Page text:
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Next: Optimization codes and modeling Up: Discretization and optimization techniques Previous: Discretization and optimization techniques

Discretization approach

The discussion of discretization schemes is restricted to the standard situation where the domain is the unit square $\,\Omega=(0,1)\times (0,1)\,.$ The purpose of this section is to develop discretization techniques by which the distributed control problem (2.1)-(2.6) is transformed into a nonlinear programming problem (NLP-problem) of the form
\mbox{Minimize} \quad F^h(z) \quad
\mbox{subject to} \quad G^h(z) = 0 \,, \quad H(z) \leq 0 \,.
\end{displaymath} (3.1)

The functions $\,F^h, G^h\,$ and $\,H\,$ are sufficiently smooth and are of appropriate dimension. The upper subscript $\,h\,$ denotes the dependence on the stepsize. The optimization variable $\,z\,$ will comprise both the discretized state and control variables.

The form (3.1) will be achieved by solving the elliptic equation (2.2) with the standard five-point-star discretization scheme. Choose a number $\,N \in I\!\!N_+\,$ and the stepsize $\,h:=1/(N+1)\,.$ Consider the mesh points

\,x_{ij}=(ih,jh)\,, \quad 0 \leq i,j \leq N+1, \,

and define the following sets of indices $\,(i,j)\,$ residing either in the domain $\,\Omega\,$ or on the boundary $\,\Gamma\,$, resp. on the subsets $\,\Gamma_1, \Gamma_2\,$ of the boundary:
I(\Omega):=\{\,(i,j)\, \vert \; 1 \leq i,j ...
...mega\cup\Gamma_1):= I(\Omega) \cup I(\Gamma_1) \, .
\end{array}\end{displaymath} (3.2)

Obviously, we have $\;\char93 I(\Omega)= N^2\,, \;\char93 I(\Gamma)= 4*N\,$; define further $\;M_1:=\char93 I(\Gamma_1) \,$.

Now we shall present discretization schemes for the distributed control problem that are similar to those for boundary controls considered in Part 1 [23]. The optimization variable $\,z\,$ in (3.1) is taken as the vector

z:=(\,(y_{ij})_{\,(i,j) \in I(\Omega \cup \Gamma_1)}\,,
...j})_{\,(i,j) \in I(\Omega)}\,) \,\in I\!\! R^{\,2*N^2+M_1} \,.

The remaining state variables $\,y_{ij}, \, (i,j) \in I(\Gamma_2),$ are are determined by the Dirichlet condition (2.4) as
y_{ij} = y_2(x_{ij}) \quad \mbox{for} \quad (i,j) \in I(\Gamma_2) \,.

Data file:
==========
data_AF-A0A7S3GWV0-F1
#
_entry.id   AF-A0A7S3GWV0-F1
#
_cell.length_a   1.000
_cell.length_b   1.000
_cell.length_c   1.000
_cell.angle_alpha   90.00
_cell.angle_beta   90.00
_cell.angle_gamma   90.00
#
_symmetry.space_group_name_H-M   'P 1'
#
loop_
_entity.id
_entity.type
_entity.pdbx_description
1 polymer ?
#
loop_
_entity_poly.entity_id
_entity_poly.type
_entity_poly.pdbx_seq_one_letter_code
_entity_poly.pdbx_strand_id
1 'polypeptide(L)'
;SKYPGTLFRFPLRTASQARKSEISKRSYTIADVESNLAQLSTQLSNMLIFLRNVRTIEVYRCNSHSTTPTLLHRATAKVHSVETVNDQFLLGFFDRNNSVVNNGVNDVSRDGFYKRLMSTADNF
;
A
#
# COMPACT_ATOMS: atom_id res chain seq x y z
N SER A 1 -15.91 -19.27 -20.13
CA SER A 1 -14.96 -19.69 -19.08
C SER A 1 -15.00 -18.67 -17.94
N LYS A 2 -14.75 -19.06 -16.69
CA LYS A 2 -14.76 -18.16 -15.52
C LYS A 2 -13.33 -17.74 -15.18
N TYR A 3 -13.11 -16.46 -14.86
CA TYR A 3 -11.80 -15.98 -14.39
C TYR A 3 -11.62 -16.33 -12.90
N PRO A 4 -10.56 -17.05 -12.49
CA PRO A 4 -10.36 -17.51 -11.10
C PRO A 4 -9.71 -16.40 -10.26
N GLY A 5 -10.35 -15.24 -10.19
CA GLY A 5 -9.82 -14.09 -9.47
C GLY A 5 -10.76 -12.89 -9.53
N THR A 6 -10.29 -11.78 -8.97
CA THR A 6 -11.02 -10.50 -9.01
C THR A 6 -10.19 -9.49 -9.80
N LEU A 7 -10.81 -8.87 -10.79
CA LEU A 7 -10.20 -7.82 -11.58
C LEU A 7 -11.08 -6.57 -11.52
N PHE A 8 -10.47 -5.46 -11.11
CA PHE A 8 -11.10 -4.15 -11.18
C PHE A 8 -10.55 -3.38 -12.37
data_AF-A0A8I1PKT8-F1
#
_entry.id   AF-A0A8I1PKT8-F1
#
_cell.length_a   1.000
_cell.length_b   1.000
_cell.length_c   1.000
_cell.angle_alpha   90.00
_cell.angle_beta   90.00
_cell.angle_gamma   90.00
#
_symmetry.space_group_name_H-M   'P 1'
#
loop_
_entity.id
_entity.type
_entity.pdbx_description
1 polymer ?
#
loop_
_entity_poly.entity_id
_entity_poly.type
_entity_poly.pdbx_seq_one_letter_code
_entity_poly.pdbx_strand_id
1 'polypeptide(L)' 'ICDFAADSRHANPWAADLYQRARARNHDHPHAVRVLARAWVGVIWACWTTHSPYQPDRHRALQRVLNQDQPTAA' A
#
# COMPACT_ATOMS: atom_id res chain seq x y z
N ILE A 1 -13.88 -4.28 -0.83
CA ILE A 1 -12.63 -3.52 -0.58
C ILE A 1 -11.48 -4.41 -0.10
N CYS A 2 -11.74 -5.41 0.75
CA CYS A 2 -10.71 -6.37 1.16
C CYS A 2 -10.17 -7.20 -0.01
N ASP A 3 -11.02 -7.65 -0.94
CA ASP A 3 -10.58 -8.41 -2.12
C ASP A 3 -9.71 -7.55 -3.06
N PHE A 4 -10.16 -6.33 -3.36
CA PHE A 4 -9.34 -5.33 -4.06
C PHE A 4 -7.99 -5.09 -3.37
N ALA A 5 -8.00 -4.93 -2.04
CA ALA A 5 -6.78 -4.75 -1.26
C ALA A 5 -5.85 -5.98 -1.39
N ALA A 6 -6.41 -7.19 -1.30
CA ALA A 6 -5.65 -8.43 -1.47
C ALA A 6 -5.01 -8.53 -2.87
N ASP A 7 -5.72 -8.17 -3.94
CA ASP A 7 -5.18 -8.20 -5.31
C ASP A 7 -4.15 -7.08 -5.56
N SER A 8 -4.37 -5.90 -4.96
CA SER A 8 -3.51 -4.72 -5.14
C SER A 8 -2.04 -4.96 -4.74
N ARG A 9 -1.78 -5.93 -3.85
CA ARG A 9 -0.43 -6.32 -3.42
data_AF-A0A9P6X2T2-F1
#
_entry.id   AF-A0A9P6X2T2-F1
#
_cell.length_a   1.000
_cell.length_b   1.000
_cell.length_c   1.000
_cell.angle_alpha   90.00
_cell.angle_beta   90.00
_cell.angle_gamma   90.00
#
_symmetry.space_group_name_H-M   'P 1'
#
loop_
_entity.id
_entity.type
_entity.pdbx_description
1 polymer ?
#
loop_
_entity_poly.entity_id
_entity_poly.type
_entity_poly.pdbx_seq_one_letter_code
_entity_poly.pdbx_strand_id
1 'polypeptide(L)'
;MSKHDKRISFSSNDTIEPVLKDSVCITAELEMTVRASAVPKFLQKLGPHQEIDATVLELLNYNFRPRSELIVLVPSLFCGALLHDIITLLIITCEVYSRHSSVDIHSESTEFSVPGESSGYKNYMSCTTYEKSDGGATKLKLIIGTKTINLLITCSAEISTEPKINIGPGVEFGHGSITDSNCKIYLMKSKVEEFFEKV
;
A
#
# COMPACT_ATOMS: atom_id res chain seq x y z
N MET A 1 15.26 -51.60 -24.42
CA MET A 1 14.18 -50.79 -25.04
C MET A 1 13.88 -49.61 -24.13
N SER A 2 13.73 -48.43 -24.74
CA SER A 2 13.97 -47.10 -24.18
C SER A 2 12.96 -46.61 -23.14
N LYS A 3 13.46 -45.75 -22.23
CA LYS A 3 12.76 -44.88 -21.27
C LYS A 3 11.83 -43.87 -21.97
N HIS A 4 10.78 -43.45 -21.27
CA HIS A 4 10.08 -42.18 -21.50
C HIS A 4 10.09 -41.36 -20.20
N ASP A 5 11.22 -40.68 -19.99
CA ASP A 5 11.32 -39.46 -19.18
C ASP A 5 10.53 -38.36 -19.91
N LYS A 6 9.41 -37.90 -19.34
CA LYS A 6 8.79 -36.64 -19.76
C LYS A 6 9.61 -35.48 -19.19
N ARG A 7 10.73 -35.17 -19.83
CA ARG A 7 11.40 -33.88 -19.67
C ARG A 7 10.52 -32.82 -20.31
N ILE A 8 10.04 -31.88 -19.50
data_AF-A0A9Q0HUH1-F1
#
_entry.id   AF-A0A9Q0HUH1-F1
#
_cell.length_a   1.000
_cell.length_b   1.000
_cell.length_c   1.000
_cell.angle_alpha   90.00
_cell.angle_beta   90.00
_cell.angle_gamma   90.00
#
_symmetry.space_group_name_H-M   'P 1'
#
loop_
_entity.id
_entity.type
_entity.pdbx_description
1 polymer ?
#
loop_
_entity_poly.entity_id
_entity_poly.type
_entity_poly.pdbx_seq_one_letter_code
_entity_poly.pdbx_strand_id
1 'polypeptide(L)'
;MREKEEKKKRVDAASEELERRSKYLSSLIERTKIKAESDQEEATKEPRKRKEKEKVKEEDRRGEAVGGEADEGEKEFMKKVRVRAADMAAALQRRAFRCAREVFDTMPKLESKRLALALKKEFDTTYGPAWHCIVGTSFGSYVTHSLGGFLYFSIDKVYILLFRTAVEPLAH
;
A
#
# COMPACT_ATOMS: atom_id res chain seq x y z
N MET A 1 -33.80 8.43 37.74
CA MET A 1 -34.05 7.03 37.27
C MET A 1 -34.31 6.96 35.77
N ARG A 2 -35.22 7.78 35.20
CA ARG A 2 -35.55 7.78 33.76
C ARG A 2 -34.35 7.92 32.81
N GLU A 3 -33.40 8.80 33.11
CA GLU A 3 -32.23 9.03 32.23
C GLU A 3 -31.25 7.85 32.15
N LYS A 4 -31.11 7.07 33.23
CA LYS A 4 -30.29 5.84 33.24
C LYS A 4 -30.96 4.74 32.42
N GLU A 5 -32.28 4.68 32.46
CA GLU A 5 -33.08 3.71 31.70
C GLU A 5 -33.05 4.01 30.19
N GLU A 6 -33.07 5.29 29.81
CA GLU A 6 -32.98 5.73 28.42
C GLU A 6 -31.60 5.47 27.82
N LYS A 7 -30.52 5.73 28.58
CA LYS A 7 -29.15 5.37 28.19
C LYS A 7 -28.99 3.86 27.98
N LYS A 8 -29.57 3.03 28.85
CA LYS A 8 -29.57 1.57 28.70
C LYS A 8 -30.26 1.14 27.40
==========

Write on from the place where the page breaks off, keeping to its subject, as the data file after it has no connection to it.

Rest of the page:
\end{displaymath} (3.3)

The derivative $\,\partial_{\nu} y(x_{ij}) \,$ in the direction of the outward normal is approximated by the expression $\, y^{\,\nu}_{ij}/h\,$ where
y^{\,\nu}_{ij} := \;
\left \{
\ y_{i0} ...
... \mbox{for} & \; j=N+1, & i=1,...,N
\end{array}\right \} \, .
\end{displaymath} (3.4)

Then the discrete form of the Neumann boundary condition (2.3) leads to the equality constraints
y^{\nu}_{ij} - h\,b(x_{ij},y_{ij}) = 0 \qquad \mbox{for} \quad
(i,j) \in I(\Gamma_1)\, . \quad
\end{displaymath} (3.5)

The application of the five-point-star to the elliptic equation $\, - \Delta y(x) + d(x,y(x),u(x)) \\ = 0 \,$ in (2.2) yields the following equality constraints for all $\,(i,j) \in I(\Omega)$:
G^h_{ij}(z):= 4y_{ij} - y_{i+1,j} - y_{i-1,j}...
...i,j+1} - y_{i,j-1}
+ h^2\,d(x_{ij},y_{ij},u_{ij}) = 0 \,. \;
\end{displaymath} (3.6)

Note that the Dirichlet condition (3.3) is used in this equation to substitute the variables $\,y_{ij}\,$ for $\,(i,j) \in I(\Gamma_2)\,$. The control and state inequality constraints (2.5) and (2.6) yield the inequality constraints
    $\displaystyle C(x_{ij},y_{ij},u_{ij}) \leq 0 \,, \quad \forall \; (i,j) \in I(\Omega)\,,$ (3.7)
    $\displaystyle S(x_{ij},y_{ij}) \leq 0 \,, \hspace*{12mm} \forall
\; (i,j) \in I(\Omega\cup\Gamma_1)\,.$ (3.8)

Observe that these inequality constraints do not depend on the meshsize $\,h\,$. The discretized form of the cost function (2.1) is
F^h(z):= h^2 \sum_{(i,j)\in I(\Omega)} f(x_{ij},y_{ij},u_{ij}) \,+\,
h \sum_{(i,j) \in I(\Gamma_1)} g(x_{ij},y_{ij}) \,.
\end{displaymath} (3.9)

In summary, the relations (3.5)-(3.9) define a NLP-problem of the form (3.1). The corresponding Lagrangian function is

$\displaystyle \hspace{-5mm}
L(z,q,\lambda,\mu):=$   $\displaystyle \hspace*{-3mm}
h^2 \sum_{(i,j)\in I(\Omega)} f(x_{ij},y_{ij},u_{ij}) \,+\,
h \sum_{(i,j) \in I(\Gamma_1)} g(x_{ij},y_{ij})$ (3.10)
    $\displaystyle \hspace*{-25mm}
+\,\sum_{(i,j)\in I(\Omega)} [\,q_{ij} G^h_{ij}(z) \,